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December 12, 2019
December 12, 2019

Hundreds In Western Jamaica Receive Free Health Services

Optometrist, Stephanie Yee (left), examines the eyes of patient, Daphne Bernard, at the Don Daly Medical Mission in Flanker, St. James, on Tuesday (December 10). Simultaneous clinics were held in Negril and Ketto in Westmoreland.

Hundreds of residents of western parishes turned out to access free health services on Tuesday (December 10) during the annual Don Daly Medical Mission.

A team of 85 medical professionals and volunteers from Nova Southeastern University (NSU) in the United States administered a range of services at three clinics set up in Negril and Ketto in Westmoreland and Flanker in St. James.

These include dental and optical services, blood sugar and blood pressure tests, physical therapy, occupational therapy, pharmaceuticals and more.

The 19-year-old health mission, held in partnership with the Government of Jamaica and the Sandals Foundation, is the brainchild of Jamaican radio personality in Florida, Don Daly, and Jamaican-born doctor and Associate Professor of family medicine at NSU, Dr. Paula Anderson-Worts.

Dr. Anderson-Worts, who spoke to JIS News at the clinic held at the Flanker Peace and Justice Centre, said that in addition to treating health problems, “we provide a lot of education to patients”.

“This is because even when the medicine is done, what helps the patients the most is education, where they are taking control of their own health and doing the things that they can do to make themselves healthier,” she noted.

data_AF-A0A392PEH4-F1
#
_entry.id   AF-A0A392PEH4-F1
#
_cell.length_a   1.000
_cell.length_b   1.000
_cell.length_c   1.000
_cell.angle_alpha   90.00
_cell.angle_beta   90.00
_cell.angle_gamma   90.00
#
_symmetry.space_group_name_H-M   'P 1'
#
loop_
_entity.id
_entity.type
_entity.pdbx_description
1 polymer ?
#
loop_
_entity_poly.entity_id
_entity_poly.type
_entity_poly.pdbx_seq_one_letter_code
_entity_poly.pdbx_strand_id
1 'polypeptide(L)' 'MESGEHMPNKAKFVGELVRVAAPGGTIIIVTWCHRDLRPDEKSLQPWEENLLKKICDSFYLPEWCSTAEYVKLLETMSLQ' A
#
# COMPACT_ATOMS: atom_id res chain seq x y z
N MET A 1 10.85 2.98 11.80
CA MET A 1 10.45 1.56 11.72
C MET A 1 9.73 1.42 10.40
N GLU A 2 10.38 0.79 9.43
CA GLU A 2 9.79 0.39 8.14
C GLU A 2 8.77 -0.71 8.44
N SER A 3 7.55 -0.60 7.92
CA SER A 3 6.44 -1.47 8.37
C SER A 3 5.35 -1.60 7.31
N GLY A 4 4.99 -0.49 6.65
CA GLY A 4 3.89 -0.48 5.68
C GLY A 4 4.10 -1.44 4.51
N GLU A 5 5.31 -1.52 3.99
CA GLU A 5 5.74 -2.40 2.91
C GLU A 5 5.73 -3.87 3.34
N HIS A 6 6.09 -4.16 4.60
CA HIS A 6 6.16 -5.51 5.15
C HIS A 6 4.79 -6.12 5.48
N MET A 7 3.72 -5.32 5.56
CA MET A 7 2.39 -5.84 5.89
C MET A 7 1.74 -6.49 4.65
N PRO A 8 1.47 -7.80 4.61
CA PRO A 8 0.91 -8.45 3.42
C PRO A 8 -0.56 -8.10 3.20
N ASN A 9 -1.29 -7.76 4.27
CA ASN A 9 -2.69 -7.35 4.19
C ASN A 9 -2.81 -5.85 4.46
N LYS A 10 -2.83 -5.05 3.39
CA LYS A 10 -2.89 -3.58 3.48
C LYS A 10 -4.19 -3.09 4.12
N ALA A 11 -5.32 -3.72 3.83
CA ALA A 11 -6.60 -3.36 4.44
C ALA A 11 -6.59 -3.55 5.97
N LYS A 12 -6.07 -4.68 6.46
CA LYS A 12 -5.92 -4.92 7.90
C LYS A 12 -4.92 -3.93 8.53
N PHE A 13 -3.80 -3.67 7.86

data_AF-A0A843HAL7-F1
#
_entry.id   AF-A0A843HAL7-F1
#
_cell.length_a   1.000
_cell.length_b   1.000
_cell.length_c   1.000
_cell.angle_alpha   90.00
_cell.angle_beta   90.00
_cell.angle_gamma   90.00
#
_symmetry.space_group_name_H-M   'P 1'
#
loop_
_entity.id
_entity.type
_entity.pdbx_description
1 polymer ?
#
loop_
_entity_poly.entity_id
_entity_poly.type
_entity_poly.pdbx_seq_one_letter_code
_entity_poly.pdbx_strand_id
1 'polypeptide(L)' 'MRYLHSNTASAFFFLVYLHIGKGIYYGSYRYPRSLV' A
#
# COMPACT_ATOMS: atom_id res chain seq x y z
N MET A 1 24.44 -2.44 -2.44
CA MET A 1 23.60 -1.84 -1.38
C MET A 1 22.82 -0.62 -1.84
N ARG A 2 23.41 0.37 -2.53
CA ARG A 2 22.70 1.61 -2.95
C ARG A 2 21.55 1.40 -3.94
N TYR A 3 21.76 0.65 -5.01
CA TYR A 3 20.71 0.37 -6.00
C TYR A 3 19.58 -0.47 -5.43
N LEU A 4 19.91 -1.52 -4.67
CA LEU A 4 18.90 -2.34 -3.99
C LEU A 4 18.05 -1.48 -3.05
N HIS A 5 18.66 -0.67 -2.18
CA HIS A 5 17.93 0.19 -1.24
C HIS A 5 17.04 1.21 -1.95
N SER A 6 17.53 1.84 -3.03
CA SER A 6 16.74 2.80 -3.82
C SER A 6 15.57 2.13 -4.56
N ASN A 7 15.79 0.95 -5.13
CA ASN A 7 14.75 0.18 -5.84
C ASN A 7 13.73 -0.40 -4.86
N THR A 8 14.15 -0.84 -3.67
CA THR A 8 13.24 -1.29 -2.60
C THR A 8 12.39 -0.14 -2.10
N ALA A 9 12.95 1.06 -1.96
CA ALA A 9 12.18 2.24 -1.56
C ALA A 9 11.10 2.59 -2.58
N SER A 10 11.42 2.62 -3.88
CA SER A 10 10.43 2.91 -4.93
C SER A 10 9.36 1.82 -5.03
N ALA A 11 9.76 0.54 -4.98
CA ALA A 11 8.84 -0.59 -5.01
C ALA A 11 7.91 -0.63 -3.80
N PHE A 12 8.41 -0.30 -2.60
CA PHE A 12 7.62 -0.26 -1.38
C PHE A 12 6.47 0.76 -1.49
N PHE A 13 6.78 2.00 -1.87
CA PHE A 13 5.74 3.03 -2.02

As such, she said that patients are sensitised about the importance of proper nutrition, exercise and getting enough rest.

“We also help them to understand their condition, so they can make some lifestyle modifications to improve their overall health,” Dr. Anderson-Worts added.

Mr. Daly, for his part, said he is pleased with the turnout for the Flanker clinic.

“The day has been tremendous. We’ve had a good stream of people coming through and they all seem to have some good experiences,” he told JIS News.

“We sit down and talk to people and hear what is happening and then do what we need to do to make things better for them,” he said.

Meanwhile, residents expressed gratitude for the health services provided.

Horatio Dixon of Flanker, who uses a wheelchair, said he is pleased to have received assistance in addressing his medical needs.


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